I spent my happiest high school moments singing with a group of 100 other students for two hours a day. The frenzy of the newsroom captivated me in journalism school — phones ringing, editors running around, the room itself a popular thoroughfare for students just trying to get from one end of the building. When I graduated and (finally!) saw an opportunity, I left the plains for NYC's greener pastures, my lifelong dream.And when the pace and isolation and financial evaporation started eating my soul, I still wasn't content to go back home to all that quiet. (Well, there were a lot of reasons not to go back, but quiet seems like reason enough.) Chicago.
When my mother left her college dorm — located on the corner of a building at the corner of two busy streets — for long holidays, it was back to her room in a big, old house on a tree-lined street in the hushed North Shore suburbs, sleep was near impossible for her. Like her, the whispers and wails of Chicago don’t keep me up at night. I tune out the sirens and traffic; I rarely hear my neighbors coming and going, slamming their doors without realizing how the sound carries through the ancient plaster and crumbling drywall. The gentle city buzz can be comforting. And it's not like I’d have trouble falling asleep anywhere; I whip myself into such a frenzy during the day that few disturbances keep me from that blissful, coma-like reunion with my pillow.
And yet? Just in the morning: The incessant chirps of my BlackBerry (dear GOD) meant to jolt me back to consciousness. The clunks of the bus lumbering west toward the Metra station. My train’s hissing steam and clanging bells — and, God forbid someone should near the tracks as it approaches, the horn. My favorite moment in any commute is the last moment before the train stops in the station, the roar of the engine as it passes, the violent rush of air that comes with it. More noise, however melodic, when I crank my iPod to shut out the unpleasant noises. (Today? Led Zeppelin’s Houses of the Holy and Physical Graffiti. What glorious cacophony.) My life is loud. And it's hard for that not to get to me once in a while.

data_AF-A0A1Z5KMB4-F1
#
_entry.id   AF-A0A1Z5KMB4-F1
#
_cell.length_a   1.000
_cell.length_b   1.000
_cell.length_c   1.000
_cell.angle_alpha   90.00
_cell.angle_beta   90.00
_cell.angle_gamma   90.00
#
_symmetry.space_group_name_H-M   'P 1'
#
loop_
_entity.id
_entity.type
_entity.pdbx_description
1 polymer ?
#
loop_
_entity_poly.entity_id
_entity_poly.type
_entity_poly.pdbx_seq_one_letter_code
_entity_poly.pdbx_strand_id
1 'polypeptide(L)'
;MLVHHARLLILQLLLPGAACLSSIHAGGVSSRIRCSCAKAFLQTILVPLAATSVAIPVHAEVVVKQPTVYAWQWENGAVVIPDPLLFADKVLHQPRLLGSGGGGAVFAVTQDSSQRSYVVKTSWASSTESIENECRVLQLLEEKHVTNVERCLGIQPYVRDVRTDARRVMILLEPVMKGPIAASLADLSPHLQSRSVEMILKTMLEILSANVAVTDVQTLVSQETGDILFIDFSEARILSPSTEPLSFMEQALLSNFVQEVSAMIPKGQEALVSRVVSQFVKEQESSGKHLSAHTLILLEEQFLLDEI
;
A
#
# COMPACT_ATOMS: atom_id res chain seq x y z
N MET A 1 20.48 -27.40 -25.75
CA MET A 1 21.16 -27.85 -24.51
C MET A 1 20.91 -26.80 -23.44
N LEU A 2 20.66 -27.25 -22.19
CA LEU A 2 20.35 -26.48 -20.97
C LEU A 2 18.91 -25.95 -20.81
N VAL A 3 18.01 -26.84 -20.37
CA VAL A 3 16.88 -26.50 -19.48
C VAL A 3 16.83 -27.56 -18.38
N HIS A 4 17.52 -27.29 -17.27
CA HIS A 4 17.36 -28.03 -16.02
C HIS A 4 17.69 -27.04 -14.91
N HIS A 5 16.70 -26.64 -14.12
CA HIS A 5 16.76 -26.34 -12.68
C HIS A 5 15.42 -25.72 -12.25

Pair those noises with the shouting that slams my eardrums from the inside? The internal bickering: “I’m so hungry!” “But you ate so much at lunch!” The angel and devil on my shoulder sparring, pretty golden harp fighting fire-red trident? The strained, grunting tug of war between who I was raised to be and how I’m learning I want to live? The little voice in my head that, especially when I'm trying desperately to tune out and relax, says, "WHAT IF YOU HAVE NEW E-MAILS?!" Shut! Up! The internal white noise I’ve learned to stamp out — save for an hour every Thursday evening — and the blares of the city fade to the background eventually, too. But sometimes that's not enough.
So a couple of weekends ago, the Shining Camry whisked me away to Door County, Wisconsin, where I spent many weeks of childhood summer. Some much-needed peace and quiet, which I never imagined I actually would need. With each pit stop along the way — I love bottled water, but it's so…wet — the silence crept closer. In southern Wisconsin, highway noise but no jackhammers. In Kewaunee, slowed traffic and a family shouting happily to one another. A dog splashing, gasping, in Lake Michigan's cold water. By the time we got out of the car in Egg Harbor, nothing but unseen birds chirping in the trees and Green Bay meeting the rocky shore of the little beach beyond the building. They say silence can be deafening; to me, it was a little terrifying, like venturing into a cave and switching off the flashlight to find absolute darkness. Still, I had craved these first moments of perfect quiet, and I was looking forward to an entire weekend of it. Waking up in an empty building, feet falling on plush carpet, sliding open the glass door to invite the lapping waters inside. Hundreds of feet from highway, the closest boat on the bay scarcely visible near the horizon. Gill's Rock, the northernmost point on the peninsula, barely buzzed with idling passenger engines and the motor of the ferry to Washington Island, and the loping S curves of the deserted, tree-lined highway back to "civilization" swallowed even the breeze. More Zeppelin, though, if I remember. But not to mask the noise. This was sound simply to slather ourselves in: aural hedonism. But after two days of the hush of the woods and the lake, with few interruptions save for sweet bits of conversation and one quick guitar lesson before bed — to the Rolling Stones' "Angie" — it was time to bid the peace and the quiet goodbye. Back to buses clunking and doors slamming and angels and devils on shoulders. And for the first time, I was sad to leave it. I could have stayed for twice as long. Maybe longer.
I could never leave my noisy life — I'd go crazy with my thoughts and my peace and that…lack of stress — but I should pay more attention to that quiet little voice begging me for a break now and then. Hanging in the balance, always.